Saturday 24 December 2011


(Simon West, 2011)

Proudly a b-movie to the core, the way in which this Jason Statham vehicle understands the nature of its stars appeal is the key to its success. Statham is a slightly underrated actor who has been good in some more demanding roles, but he is more-or-less unmatched in current cinema as a brooder. In many of his action parts, he plasters on a grumpy scowl, exudes physical menace, struts about, full of shaven-headed machismo, growls tough-guy lines in his mid-Atlantic whisper, then kicks the hell out of people. Best not to ask him for too much emotion or even dialogue. His presence is refreshingly simple and lacking in irony. He's like Bruce Willis without the humour. Such simplicity is best suited to a certain kind of film; ideally the stripped-back, streamlined directness of a b-movie action film.
The Mechanic is just such a film. Its set-up is clear: Statham plays Bishop, a cool assassin who is devoted to professionalism. But after accepting the assignment to kill hs only friend and mentor, he weakens somewhat and takes on his friend's disappointment of a son as a protege, showing him the Hitman ropes. But of course that only leads to further conflict down the road..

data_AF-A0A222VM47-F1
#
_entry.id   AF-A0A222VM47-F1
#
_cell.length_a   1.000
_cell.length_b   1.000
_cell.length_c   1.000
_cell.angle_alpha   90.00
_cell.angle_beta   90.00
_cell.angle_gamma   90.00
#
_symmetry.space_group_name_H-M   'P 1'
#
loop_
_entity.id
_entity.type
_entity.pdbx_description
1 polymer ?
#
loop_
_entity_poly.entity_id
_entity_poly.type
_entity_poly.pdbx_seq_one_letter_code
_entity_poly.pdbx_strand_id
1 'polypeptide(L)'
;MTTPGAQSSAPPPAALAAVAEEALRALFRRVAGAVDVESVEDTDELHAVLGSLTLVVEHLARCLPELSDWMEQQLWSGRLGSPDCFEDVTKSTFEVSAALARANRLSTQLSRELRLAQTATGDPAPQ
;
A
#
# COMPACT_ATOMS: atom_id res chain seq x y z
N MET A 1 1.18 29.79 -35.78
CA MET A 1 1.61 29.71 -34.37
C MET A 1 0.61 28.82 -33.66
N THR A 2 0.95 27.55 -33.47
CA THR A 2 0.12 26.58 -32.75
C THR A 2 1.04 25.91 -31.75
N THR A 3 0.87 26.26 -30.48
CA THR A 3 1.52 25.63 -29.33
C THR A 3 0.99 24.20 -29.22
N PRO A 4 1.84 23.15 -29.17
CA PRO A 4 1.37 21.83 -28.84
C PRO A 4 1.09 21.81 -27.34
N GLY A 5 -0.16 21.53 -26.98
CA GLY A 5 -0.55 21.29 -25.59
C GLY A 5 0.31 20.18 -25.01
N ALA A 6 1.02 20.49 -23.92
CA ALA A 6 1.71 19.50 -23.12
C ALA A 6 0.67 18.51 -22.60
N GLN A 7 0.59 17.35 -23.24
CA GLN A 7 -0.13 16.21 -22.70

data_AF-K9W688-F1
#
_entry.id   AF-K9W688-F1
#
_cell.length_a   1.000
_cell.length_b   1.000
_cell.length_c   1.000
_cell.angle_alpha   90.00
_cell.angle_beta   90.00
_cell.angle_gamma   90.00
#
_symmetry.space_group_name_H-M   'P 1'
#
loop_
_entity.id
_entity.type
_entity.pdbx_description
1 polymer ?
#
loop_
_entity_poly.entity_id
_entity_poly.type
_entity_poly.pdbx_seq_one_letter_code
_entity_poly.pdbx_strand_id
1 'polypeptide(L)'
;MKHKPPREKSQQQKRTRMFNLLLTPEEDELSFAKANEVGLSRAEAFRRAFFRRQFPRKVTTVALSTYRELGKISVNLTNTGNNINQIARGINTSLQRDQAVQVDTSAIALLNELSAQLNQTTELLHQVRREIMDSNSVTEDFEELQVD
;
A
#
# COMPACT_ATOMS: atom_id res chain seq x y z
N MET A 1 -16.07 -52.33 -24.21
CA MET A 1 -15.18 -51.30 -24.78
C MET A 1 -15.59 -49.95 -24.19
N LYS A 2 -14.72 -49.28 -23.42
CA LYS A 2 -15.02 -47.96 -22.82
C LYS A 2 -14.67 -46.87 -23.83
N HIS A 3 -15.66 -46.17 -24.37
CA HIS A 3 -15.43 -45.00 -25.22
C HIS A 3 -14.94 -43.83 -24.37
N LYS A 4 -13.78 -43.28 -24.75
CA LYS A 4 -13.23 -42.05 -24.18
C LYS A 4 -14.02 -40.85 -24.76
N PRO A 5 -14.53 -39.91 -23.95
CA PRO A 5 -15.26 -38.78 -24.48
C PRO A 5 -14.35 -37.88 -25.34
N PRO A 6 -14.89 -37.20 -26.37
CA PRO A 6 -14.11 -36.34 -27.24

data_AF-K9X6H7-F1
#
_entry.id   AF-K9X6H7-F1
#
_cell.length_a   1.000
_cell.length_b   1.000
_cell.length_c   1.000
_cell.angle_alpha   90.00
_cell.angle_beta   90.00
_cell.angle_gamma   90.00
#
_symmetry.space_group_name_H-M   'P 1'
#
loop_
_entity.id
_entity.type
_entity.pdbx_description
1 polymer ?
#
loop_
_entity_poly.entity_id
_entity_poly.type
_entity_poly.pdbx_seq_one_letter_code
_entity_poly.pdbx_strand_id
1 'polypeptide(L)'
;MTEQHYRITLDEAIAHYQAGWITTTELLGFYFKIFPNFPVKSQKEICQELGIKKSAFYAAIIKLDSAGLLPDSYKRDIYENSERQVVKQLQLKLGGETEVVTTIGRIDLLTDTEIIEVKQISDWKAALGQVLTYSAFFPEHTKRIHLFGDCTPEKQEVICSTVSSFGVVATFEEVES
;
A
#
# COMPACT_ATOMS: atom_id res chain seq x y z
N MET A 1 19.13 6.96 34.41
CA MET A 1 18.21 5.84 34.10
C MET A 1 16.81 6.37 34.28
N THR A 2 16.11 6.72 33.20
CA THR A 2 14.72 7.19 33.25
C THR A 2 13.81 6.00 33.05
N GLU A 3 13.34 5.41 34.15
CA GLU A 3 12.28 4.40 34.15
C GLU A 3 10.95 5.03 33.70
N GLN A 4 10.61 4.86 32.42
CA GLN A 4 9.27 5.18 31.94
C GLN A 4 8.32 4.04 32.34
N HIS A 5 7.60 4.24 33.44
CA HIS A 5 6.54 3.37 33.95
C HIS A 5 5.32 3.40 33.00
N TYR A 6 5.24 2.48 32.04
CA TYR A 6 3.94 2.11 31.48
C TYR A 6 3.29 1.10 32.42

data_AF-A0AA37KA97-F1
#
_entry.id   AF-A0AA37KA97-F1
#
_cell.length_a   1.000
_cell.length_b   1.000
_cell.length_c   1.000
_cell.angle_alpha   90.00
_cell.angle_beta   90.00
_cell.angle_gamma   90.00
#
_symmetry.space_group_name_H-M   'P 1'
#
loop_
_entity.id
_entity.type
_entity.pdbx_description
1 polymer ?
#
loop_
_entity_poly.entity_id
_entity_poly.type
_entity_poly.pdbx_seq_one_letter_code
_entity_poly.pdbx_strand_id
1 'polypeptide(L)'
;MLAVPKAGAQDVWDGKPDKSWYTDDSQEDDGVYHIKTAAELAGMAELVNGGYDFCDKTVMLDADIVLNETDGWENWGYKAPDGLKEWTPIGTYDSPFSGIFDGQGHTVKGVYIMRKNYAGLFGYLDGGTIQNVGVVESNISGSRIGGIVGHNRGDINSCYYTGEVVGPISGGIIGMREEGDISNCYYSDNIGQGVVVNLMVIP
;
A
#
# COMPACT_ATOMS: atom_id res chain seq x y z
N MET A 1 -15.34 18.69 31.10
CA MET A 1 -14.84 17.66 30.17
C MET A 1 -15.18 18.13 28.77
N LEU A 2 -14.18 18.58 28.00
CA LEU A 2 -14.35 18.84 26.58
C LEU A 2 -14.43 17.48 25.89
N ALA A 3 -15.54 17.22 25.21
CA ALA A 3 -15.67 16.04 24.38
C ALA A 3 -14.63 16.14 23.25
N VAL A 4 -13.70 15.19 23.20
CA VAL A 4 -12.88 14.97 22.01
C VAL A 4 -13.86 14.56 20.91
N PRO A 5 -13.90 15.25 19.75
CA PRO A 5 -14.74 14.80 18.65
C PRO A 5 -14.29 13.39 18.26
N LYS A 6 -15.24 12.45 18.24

Director Simon West has steered enough mega-budget blockbusters through the studio system wringer to understand what works in the action genre, and his assured touch makes The Mechanic a smooth ride. It is also disarming beautiful in places, full of lush sunsets and city skylines against coppered horizons, while the action scenes all deliver; each a brutal, nicely shot and edited piece of pure visceral impact, the kind of thing Stathham excels at.
Ben Foster adds another damaged and vulnerable loser to his growing collection, and he helps the movie to function, while also starting in a couple of terrifyingly bruising set-pieces; while Donald Sutherlands early appearance is perhaps the highlight of the entire film, dramatically speaking of course.
The script is clipped and intent upon its own momentum, so that Bishop has no back-story and is defined more or less purely by what he does. Which is probably as I should be in a Statham film.

No comments:

Post a Comment